Does it help to spark new ideas?
OF COURSE! I always start with the Moog. It most definitely sparks ideas. Sometimes in the middle of some sketch that we’ve been working on, I’ll try a little something extra or different on the Voyager. On more than one occasion, what seems to be a small change at the time, will create a whole new song just on the happy accident that comes with experimentation and the new sound it creates.
What is your live setup like compared to your studio setup?
Identical. I am a very big proponent of (are you sitting down?) actually playing live what you hear on the recording. Operative word: PLAYING. It’s so frustrating to me sometimes to see a show where most of what I’m hearing is backing tracks. It seems somewhat like cheating. Perhaps at some point in my career I’ll prove myself wrong. But for now and the past 5 years, everything I do is in real time. If you hear a loop – it’s because I just looped it. If you hear the bass – it’s because I’m playing it.
Do you run the Voyager through an effects chain? If so, what do you use?
Not usually, but we did record this one spacey jam where I ran the Voyager through an old ADA Flanger and a Space Echo. The tone was out of this world. We will be doing that more on our upcoming recordings. It's too tasty!
Do you utilize the CV inputs to control different parameters of the Voyager.
No.... I wish! I visualize using the CV inputs, I just haven’t actually yet due to the lack of controllers. One day, baby! I’ll have an arsenal of pedals! (hint, hint). I have MIDI'd up my Triton Rack and used the Voyager as a polyphonic controller to have sweeping strings and voices underneath my synth sounds.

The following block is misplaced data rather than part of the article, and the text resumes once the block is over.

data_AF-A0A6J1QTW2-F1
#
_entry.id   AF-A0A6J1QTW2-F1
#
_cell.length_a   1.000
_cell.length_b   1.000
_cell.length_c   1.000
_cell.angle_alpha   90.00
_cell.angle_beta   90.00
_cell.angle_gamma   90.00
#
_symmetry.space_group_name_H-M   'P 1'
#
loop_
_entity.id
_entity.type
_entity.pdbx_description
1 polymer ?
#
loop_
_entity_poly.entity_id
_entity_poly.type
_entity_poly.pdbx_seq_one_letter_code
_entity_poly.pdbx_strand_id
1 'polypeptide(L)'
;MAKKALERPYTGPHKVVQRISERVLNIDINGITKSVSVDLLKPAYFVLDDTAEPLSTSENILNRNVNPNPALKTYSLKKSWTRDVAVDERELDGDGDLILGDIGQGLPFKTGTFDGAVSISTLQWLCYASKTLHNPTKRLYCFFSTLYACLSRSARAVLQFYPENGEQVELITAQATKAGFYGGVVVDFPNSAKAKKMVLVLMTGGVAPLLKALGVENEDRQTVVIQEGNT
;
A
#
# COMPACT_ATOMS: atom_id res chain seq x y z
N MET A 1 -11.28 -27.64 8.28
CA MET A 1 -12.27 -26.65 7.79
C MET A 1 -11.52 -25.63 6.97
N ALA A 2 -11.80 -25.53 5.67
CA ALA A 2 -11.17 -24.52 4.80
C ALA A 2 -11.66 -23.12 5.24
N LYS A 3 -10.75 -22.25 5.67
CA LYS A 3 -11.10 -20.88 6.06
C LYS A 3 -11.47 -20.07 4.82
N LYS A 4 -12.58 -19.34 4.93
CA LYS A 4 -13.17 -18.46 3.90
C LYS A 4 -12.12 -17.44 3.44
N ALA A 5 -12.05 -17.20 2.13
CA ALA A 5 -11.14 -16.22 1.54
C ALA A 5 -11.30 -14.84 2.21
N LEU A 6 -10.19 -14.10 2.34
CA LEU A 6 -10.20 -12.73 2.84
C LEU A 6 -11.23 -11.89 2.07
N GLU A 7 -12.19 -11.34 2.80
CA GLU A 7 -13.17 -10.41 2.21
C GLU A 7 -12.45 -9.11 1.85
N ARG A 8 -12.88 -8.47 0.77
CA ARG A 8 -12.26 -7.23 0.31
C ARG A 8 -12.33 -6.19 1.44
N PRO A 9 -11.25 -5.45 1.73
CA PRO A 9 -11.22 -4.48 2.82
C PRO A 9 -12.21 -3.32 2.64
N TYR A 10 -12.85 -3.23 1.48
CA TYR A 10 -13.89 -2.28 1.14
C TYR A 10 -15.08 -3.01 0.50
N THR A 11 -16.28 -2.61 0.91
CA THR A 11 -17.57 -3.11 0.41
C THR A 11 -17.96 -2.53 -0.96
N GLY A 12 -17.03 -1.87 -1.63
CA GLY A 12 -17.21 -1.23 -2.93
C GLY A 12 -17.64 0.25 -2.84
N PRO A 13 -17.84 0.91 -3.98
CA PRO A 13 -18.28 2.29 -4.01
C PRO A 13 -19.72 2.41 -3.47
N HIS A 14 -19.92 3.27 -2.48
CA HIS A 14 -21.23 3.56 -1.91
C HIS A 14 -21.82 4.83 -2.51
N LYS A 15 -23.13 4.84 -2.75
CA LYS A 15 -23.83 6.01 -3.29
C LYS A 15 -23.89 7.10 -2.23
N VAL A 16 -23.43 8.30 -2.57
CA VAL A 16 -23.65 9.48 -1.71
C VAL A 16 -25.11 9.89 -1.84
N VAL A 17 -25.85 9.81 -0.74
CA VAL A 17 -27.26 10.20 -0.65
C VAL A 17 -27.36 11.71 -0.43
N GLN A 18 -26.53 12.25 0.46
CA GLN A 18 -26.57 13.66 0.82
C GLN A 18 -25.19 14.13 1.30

Have you ever run other instruments through the Voyager and used the filters?
Yes!! I run a drum sample through the External Input in one of our new tunes, "Better Daze", and play with the filter to create a crunchy thick rhythm. The direct line of the sampler runs through one amp and the filtered beat comes through another amp creating a psychedelic stereo effect when mixed together. We have also run Paul's Big Muff'd guitar through it and it creates an amazingly versatile filtered fuzz!
What in the musical world inspires you these days?
I tell you what hasn’t left the disc changer in a while:
Liars – Drum’s Not Dead
Acid Mother’s Temple/Gong – Acid Motherhood
Animal Collective – Strawberry Jam
Hawkwind (it’s a mix of a few of their albums)
Radiohead – In Rainbows
Brian Eno – Another Green World
This is why I find it so inspiring: I have heard all of these albums a hundred times. These are touring staples. Yet I can still hear something new! I can still find a pocket of sound that I hadn’t picked up on before. Layers of voices… Little delicate cymbals here and there… Percussion… Another looping rhythm that I had overlooked (overheard?) in the past. It’s so inspiring to me that some of these albums were made 30+ years ago and still sound so fresh. The same kind of percussive loops I hear in Animal Collective's Strawberry Jam and Merryweather Post Pavilion mimic the clavé that Eno uses all over Another Green World. There’s a purity that sounds as fresh today as the day it was recorded. I want to make timeless music like this. Music that keeps surprising the listener even after the 100th listen. Music that sounds awesome 30 years from now. The musicianship on these albums is what I hope to achieve. I want to be great.~
You can learn more about The Boxing Lesson HERE!
Check out the "Dark Side of the Moog" video right here...
Posted by Dan Goldin at 3:48 PM